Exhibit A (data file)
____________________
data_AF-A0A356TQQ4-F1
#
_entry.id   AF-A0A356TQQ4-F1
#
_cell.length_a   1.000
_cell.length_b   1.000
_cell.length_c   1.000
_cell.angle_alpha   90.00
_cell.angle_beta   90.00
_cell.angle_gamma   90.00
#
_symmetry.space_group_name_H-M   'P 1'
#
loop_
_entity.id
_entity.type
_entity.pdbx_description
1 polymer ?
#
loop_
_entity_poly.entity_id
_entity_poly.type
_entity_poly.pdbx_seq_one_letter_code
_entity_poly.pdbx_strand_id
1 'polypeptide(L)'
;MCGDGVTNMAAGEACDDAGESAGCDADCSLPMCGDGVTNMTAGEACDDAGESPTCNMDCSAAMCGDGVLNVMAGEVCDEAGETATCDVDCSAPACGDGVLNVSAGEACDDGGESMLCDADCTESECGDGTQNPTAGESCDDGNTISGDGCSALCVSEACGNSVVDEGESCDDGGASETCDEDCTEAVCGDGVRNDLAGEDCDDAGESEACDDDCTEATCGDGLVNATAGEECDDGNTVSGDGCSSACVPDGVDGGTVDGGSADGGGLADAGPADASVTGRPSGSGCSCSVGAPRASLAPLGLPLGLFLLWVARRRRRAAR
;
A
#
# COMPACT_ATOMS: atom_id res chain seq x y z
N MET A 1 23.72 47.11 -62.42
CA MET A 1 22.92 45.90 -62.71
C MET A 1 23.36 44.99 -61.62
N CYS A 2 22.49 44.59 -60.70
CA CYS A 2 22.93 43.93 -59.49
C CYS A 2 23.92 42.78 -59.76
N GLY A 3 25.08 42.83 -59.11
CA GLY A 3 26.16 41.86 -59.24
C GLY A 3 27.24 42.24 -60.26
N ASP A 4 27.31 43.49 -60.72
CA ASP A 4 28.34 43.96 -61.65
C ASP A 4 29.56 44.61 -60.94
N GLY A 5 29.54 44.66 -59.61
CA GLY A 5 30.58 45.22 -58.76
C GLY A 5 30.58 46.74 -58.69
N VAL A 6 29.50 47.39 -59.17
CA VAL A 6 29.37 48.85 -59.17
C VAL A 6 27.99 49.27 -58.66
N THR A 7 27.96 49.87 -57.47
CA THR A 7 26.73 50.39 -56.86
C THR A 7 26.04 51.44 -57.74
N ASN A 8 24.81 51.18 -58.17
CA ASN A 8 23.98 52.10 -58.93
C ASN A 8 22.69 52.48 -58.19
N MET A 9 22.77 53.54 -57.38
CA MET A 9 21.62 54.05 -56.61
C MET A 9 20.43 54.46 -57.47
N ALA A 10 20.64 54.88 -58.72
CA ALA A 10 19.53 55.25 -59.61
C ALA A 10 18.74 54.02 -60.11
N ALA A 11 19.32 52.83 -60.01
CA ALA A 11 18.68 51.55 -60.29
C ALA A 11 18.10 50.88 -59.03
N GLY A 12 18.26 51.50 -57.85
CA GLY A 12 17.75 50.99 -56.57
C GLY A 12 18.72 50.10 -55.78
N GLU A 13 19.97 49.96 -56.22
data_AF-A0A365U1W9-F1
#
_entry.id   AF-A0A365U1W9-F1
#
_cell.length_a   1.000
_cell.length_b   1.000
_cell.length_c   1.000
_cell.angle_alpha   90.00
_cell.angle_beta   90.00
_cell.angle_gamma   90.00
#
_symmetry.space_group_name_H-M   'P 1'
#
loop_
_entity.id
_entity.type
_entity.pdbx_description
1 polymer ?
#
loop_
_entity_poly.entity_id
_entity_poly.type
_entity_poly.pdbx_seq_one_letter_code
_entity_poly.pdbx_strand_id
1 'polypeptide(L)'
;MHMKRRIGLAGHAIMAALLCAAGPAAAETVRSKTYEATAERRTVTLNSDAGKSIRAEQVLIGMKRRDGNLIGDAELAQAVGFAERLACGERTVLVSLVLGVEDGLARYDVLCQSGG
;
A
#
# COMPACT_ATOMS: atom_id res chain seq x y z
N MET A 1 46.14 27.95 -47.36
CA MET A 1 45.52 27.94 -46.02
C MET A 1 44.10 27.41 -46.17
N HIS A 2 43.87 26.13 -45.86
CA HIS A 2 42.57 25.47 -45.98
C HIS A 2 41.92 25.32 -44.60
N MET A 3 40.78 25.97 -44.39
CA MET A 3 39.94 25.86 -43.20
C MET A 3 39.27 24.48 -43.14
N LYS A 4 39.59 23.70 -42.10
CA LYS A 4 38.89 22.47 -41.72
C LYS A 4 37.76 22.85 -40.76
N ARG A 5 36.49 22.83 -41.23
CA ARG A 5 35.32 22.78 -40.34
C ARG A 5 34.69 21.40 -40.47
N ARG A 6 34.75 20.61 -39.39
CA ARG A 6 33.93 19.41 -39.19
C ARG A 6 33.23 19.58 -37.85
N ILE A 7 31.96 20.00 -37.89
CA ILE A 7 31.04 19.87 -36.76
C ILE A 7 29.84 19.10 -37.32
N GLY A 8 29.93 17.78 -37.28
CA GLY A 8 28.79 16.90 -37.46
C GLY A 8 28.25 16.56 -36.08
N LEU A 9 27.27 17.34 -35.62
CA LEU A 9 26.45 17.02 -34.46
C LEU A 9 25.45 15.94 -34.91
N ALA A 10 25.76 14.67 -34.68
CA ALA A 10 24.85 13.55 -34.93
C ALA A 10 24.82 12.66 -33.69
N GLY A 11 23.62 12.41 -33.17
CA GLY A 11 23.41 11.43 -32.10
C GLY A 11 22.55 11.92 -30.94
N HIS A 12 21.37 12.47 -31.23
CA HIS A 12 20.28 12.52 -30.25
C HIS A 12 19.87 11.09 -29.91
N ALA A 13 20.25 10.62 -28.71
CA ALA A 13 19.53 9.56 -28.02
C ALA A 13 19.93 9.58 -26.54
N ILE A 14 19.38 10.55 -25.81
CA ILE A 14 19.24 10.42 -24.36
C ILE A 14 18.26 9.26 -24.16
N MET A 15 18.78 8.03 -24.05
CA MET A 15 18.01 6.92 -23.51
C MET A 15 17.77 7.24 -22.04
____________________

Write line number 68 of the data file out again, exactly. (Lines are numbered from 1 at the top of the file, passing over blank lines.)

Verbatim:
data_AF-A0A365U1W9-F1